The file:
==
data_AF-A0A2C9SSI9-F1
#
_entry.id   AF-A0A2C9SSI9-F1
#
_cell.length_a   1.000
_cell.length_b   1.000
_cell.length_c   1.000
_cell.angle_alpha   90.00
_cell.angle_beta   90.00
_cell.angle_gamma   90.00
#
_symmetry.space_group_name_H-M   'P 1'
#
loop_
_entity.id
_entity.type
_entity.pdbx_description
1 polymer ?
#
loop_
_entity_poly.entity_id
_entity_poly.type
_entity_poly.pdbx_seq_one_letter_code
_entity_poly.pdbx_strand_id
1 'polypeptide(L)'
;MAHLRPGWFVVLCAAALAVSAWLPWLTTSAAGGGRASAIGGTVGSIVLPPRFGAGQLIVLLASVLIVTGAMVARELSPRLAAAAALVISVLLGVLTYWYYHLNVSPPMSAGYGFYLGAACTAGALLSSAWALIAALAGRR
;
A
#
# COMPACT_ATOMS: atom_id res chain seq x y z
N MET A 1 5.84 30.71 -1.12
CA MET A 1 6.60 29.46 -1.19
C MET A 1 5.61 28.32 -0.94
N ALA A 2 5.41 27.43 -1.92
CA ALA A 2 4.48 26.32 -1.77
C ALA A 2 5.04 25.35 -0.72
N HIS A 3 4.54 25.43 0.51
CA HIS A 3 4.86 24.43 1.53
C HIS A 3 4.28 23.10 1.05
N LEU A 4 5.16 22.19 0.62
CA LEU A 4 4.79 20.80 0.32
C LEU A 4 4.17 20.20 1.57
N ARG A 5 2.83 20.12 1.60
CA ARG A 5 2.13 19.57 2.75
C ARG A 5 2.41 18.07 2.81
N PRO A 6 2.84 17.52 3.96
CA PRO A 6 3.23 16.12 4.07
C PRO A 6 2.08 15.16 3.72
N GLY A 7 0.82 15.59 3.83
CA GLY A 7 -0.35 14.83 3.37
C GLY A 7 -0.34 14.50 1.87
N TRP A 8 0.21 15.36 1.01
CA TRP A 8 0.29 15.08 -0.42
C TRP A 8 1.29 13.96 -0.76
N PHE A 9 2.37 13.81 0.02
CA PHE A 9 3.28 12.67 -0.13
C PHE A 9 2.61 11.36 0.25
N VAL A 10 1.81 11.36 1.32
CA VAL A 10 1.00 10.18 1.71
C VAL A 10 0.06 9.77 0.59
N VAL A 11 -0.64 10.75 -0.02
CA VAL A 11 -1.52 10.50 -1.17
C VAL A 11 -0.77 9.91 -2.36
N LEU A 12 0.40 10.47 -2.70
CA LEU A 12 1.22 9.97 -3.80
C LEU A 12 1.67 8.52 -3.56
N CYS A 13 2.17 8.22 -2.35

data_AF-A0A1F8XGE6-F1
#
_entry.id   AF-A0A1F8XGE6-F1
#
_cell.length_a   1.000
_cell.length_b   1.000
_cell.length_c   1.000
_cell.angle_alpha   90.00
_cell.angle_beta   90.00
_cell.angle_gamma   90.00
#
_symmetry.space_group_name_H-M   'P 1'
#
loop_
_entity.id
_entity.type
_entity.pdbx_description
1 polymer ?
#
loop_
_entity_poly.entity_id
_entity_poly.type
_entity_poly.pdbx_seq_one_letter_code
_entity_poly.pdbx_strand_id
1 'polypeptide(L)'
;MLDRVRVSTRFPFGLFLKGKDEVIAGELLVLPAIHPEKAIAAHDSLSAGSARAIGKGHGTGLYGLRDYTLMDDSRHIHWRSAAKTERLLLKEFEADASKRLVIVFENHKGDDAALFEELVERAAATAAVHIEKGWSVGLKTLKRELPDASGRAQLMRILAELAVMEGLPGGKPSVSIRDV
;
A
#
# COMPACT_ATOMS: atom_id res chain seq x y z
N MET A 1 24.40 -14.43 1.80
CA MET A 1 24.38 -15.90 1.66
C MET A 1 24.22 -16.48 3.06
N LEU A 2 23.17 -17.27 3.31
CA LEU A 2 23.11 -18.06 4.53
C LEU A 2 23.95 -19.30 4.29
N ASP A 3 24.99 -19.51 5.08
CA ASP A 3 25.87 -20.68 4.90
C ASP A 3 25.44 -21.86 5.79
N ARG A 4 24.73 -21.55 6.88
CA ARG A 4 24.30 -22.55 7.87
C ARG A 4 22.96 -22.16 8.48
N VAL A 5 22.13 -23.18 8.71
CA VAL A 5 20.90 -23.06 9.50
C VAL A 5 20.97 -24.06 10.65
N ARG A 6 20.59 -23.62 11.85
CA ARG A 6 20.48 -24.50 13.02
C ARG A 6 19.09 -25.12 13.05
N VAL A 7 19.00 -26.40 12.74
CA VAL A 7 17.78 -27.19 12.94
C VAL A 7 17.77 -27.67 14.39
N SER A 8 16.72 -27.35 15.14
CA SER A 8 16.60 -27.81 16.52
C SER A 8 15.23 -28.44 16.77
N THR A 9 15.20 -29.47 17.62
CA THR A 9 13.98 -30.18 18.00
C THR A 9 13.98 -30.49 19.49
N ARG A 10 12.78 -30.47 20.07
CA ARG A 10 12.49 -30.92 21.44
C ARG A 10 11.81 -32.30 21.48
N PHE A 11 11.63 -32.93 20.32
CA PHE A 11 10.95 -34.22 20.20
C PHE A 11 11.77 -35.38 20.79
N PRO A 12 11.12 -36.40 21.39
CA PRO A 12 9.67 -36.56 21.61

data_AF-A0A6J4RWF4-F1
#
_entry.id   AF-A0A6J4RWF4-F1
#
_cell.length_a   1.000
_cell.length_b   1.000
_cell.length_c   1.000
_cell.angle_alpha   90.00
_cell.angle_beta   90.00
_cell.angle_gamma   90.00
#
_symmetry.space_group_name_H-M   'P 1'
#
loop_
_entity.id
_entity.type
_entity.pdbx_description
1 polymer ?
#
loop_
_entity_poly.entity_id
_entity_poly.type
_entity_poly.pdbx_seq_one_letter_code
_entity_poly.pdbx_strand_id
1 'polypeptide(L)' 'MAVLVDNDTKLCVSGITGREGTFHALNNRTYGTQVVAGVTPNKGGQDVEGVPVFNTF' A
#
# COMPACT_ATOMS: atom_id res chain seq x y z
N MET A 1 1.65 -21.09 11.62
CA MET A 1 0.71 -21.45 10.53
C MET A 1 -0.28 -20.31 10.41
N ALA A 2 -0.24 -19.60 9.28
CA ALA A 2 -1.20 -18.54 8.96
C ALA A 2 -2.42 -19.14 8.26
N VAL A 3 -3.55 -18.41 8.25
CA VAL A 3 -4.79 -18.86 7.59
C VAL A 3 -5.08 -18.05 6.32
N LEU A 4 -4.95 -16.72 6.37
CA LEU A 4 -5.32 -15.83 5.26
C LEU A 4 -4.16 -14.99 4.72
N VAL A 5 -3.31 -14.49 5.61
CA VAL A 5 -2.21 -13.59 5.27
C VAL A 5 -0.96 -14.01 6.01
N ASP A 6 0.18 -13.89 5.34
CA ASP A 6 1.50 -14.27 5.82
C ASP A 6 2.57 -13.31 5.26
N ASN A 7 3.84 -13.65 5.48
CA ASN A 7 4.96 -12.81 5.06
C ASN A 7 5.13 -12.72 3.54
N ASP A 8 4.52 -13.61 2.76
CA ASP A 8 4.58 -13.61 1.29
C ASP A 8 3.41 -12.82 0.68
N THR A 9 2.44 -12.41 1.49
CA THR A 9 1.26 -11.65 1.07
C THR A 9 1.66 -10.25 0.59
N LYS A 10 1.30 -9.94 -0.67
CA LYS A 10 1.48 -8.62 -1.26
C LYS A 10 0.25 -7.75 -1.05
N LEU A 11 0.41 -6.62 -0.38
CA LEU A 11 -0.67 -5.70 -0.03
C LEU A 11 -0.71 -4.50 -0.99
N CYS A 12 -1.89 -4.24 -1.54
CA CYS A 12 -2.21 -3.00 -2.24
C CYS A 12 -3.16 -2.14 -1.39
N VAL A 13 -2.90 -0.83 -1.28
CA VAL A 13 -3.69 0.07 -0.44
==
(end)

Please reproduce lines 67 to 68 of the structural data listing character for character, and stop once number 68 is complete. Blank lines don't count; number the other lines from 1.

N CYS A 13 2.17 8.22 -2.35

data_AF-A0A1F8XGE6-F1